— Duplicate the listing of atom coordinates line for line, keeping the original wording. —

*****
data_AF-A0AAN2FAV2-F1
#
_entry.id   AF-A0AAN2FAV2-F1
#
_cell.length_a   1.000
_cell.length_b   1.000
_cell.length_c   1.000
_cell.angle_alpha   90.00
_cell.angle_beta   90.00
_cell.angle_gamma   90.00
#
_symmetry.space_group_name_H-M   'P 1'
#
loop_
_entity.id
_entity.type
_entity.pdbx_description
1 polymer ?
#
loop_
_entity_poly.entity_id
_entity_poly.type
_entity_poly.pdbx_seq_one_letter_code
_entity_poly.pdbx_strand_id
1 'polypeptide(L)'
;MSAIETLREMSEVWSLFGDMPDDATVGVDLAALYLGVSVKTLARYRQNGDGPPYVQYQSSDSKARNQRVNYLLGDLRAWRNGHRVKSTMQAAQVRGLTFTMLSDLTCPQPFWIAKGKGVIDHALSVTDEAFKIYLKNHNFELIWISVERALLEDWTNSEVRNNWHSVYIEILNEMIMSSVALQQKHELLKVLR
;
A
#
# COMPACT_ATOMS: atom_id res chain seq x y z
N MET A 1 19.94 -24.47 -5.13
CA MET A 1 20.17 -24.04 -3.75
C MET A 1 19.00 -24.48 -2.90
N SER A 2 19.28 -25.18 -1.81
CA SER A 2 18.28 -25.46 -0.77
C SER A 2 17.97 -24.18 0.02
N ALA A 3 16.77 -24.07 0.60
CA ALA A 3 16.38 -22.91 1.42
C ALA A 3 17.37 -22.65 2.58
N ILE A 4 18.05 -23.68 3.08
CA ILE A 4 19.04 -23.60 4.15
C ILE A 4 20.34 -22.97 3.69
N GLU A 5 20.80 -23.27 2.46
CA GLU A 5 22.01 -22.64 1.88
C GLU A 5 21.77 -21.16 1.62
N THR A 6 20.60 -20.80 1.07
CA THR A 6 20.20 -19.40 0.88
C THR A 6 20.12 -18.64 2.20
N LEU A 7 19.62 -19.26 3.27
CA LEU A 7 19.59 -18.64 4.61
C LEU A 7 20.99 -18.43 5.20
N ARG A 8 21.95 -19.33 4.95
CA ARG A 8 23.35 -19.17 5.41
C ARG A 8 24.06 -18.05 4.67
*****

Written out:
data_AF-A0AAN2FAV2-F1
#
_entry.id   AF-A0AAN2FAV2-F1
#
_cell.length_a   1.000
_cell.length_b   1.000
_cell.length_c   1.000
_cell.angle_alpha   90.00
_cell.angle_beta   90.00
_cell.angle_gamma   90.00
#
_symmetry.space_group_name_H-M   'P 1'
#
loop_
_entity.id
_entity.type
_entity.pdbx_description
1 polymer ?
#
loop_
_entity_poly.entity_id
_entity_poly.type
_entity_poly.pdbx_seq_one_letter_code
_entity_poly.pdbx_strand_id
1 'polypeptide(L)'
;MSAIETLREMSEVWSLFGDMPDDATVGVDLAALYLGVSVKTLARYRQNGDGPPYVQYQSSDSKARNQRVNYLLGDLRAWRNGHRVKSTMQAAQVRGLTFTMLSDLTCPQPFWIAKGKGVIDHALSVTDEAFKIYLKNHNFELIWISVERALLEDWTNSEVRNNWHSVYIEILNEMIMSSVALQQKHELLKVLR
;
A
#
# COMPACT_ATOMS: atom_id res chain seq x y z
N MET A 1 19.94 -24.47 -5.13
CA MET A 1 20.17 -24.04 -3.75
C MET A 1 19.00 -24.48 -2.90
N SER A 2 19.28 -25.18 -1.81
CA SER A 2 18.28 -25.46 -0.77
C SER A 2 17.97 -24.18 0.02
N ALA A 3 16.77 -24.07 0.60
CA ALA A 3 16.38 -22.91 1.42
C ALA A 3 17.37 -22.65 2.58
N ILE A 4 18.05 -23.68 3.08
CA ILE A 4 19.04 -23.60 4.15
C ILE A 4 20.34 -22.97 3.69
N GLU A 5 20.80 -23.27 2.46
CA GLU A 5 22.01 -22.64 1.88
C GLU A 5 21.77 -21.16 1.62
N THR A 6 20.60 -20.80 1.07
CA THR A 6 20.20 -19.40 0.88
C THR A 6 20.12 -18.64 2.20
N LEU A 7 19.62 -19.26 3.27
CA LEU A 7 19.59 -18.64 4.61
C LEU A 7 20.99 -18.43 5.20
N ARG A 8 21.95 -19.33 4.95
CA ARG A 8 23.35 -19.17 5.41
C ARG A 8 24.06 -18.05 4.67